Here’s a couple things. This here was something that wasn’t covered when I was in elementary school, just saying. And the Census Bureau sometimes still likes to claim that its data has never been handed over to other governmental agencies, but we learned otherwise a few years back.

Mount Suribachi, 94547 – The Marine Corps War Memorial of Contra Costa County as Seen from the I-80

Thursday, January 1st, 2015

All the deets

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And here’s a closer look:

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The Bay Area’s Largest Mock Nuclear Explosion, A Small Mushroom Cloud Over Treasure Island, San Francisco, 1957

Tuesday, October 7th, 2014

Well, this explosion on TI back in ’57 certainly is news to me, as I’d never read this bit in the Chronicle from last year:

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But if you want to wallow in alarmism, well then be my guest

What other unknowns are hidden out there at TI? I’m sure we’ll all find out over the next 10, 20, 30 years…

OMG, Oakland IS Brooklyn – And Brooklyn is Oakland, Sort Of – This Map From the 1800’s Shows All

Monday, August 11th, 2014

From the OK Council:

@OKcouncil Great old map of #Oakland before the City of Brooklyn east of Lake Merritt was annexed in the late 19th century.

News to me!

Take a Look at Japantown in 1942: “Cherryland Sukiyaki (Japanese and American), 1650 Post St., sake and beer”

Friday, August 1st, 2014

Oh wow, man. I’m not used to seeing outer Post Street from the pre-Redevelopment era.

Western Addition: Cherryland Sukiyaki (Japanese and American), 1650 Post St., sake and beer

Hansel Mieth and Otto Hagel—Streets of San Francisco, 1942

(Then the people from SPUR came along with “ideas and action for a better city” to Urban Renewal this place with big, hulking, earthquake-unsafe buildings (“The Mall Has It All!” – that’s what the SPUR people used to say before they changed their name to hide from their legacy) and garages and that’s where we are today.)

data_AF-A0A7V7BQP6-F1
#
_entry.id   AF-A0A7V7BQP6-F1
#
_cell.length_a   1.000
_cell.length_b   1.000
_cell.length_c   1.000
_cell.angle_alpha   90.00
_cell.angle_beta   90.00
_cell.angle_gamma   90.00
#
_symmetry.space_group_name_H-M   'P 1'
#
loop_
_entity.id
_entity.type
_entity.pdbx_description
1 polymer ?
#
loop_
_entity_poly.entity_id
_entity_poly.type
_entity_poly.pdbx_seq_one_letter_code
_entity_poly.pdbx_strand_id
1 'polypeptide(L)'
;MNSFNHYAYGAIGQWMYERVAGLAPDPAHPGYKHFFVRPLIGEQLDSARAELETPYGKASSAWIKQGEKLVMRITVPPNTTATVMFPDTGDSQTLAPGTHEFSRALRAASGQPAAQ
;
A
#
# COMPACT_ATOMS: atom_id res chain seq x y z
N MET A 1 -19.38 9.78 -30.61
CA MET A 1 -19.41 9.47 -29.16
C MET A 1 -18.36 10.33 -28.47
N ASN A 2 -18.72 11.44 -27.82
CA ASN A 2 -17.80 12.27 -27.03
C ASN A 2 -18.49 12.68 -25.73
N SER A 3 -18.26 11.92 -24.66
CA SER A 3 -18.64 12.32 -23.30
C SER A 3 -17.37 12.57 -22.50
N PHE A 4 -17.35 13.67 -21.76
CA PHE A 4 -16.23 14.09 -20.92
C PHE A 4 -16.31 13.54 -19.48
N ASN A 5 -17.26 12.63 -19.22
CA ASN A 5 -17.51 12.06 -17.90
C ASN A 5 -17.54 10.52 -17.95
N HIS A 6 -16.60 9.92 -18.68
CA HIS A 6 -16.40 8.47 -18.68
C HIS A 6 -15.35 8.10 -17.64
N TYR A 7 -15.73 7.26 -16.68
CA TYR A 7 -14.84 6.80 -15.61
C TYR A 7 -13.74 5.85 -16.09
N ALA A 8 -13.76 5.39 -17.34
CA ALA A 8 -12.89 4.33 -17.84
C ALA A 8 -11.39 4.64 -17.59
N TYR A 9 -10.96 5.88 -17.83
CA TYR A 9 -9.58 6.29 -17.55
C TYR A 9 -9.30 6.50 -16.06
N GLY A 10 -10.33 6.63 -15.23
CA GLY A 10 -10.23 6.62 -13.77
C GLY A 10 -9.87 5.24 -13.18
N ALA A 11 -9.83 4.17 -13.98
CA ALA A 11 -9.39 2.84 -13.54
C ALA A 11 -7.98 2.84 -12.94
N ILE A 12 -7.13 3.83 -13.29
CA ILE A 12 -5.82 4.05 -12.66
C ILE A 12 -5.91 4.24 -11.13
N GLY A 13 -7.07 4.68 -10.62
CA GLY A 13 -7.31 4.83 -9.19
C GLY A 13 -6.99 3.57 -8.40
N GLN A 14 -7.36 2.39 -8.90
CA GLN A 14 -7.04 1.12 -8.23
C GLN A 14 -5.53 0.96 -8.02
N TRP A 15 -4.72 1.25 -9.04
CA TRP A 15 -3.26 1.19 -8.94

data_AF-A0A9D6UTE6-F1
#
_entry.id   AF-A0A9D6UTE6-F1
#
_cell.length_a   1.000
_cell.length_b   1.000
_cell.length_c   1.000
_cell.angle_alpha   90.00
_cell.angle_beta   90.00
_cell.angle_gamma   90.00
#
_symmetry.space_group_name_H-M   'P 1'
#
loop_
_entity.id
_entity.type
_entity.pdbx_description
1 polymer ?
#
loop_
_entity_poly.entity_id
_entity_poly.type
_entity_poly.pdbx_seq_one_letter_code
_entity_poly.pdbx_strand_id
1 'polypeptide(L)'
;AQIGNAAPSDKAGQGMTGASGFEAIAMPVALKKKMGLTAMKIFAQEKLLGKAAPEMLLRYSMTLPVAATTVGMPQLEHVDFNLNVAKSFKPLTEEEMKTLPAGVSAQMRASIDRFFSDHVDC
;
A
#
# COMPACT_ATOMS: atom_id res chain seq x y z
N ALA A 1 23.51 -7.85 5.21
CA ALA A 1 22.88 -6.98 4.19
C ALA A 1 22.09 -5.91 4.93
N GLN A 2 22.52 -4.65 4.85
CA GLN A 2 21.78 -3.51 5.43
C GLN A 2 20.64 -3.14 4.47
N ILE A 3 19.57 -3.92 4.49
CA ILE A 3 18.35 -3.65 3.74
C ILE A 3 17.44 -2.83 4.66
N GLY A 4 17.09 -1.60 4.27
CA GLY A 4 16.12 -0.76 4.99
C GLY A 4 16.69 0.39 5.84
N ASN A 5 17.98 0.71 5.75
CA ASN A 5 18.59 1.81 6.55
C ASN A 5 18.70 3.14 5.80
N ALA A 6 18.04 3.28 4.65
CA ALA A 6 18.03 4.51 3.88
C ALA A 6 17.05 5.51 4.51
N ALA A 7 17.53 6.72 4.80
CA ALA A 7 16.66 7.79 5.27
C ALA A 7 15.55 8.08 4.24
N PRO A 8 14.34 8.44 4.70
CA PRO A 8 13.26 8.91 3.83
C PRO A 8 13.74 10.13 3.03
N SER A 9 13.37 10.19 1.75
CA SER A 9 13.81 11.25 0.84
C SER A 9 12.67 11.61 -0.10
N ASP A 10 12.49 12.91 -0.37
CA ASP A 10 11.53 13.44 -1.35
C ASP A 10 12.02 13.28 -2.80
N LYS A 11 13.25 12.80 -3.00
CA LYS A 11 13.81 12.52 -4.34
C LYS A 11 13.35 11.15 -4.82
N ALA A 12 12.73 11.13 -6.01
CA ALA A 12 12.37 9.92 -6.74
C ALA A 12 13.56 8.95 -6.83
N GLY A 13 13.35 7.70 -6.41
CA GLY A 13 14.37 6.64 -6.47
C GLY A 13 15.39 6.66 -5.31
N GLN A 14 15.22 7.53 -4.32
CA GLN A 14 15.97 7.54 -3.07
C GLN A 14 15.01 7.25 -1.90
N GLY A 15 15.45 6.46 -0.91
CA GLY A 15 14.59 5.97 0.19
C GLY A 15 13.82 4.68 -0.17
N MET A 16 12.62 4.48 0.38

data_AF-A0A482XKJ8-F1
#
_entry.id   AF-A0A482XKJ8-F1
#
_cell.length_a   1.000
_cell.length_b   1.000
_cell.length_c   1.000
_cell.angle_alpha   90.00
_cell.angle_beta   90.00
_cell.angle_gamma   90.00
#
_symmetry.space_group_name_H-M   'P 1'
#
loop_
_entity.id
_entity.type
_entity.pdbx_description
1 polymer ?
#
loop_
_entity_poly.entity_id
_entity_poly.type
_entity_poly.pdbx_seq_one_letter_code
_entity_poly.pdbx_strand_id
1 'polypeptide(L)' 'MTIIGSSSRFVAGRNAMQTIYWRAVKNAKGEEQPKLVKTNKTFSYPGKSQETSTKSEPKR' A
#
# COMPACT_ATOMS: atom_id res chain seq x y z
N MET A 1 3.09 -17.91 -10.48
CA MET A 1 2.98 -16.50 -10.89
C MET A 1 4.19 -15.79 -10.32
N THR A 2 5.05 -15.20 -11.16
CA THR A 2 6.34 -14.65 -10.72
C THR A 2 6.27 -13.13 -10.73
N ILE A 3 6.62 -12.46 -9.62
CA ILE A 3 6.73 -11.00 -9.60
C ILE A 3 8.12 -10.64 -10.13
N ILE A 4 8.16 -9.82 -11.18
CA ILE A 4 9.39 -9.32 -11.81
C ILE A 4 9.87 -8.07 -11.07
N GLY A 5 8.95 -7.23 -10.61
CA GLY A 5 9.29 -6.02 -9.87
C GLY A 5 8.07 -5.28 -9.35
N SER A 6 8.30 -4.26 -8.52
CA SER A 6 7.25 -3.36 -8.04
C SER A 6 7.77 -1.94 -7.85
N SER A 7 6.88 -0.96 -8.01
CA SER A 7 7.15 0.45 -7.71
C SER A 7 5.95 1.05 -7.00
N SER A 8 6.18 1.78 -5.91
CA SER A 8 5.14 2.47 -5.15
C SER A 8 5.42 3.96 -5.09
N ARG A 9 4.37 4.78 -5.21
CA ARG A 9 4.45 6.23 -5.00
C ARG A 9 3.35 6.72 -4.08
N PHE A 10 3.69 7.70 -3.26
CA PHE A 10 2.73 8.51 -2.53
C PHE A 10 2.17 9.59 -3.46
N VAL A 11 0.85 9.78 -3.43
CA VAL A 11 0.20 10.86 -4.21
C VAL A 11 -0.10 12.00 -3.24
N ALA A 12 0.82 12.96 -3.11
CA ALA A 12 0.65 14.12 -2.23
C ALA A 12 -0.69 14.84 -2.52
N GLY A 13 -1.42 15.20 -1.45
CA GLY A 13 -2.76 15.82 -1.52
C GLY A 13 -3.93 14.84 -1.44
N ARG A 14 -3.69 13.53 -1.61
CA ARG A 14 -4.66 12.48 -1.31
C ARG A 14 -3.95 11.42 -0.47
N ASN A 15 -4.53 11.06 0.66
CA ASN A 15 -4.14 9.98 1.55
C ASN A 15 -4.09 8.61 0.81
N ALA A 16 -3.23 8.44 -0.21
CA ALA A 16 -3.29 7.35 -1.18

Harlem of the West

Esquire: “For Sukiyaki complete with chopsticks, visit “Cherryland,” where only Japanese food is served.”

Via the Prelinger Archives: “San Francisco: Story of a City (1963)” – A Nice 22-Minute Video from a Half-Century Ago

Tuesday, July 1st, 2014

From Paul Hoefler Productions, it’s “San Francisco: Story of a City (1963)

Prolly could have addressed the wobbly projection issue with a simple one-click fix, but this is a great video.

OMG, an Update from Sparkletack – Silent for Six Years – San Francisco History Podcasts – A Big Audio Archive

Thursday, February 20th, 2014

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“San Francisco history lovers:

A notice that’s a bit overdue: I haven’t recorded a podcast for years, now, and the chances that I’ll return to this project are slim.

That said, I’m committed to leaving ALL THESE PODCASTS online – as a resource for San Franciscans, of course, but also for lovers of this fascinating city from all around the world.

Peruse the list (over there on the right) for hours and hours of San Francisco stories, trivia, and history.

And thanks for listening!”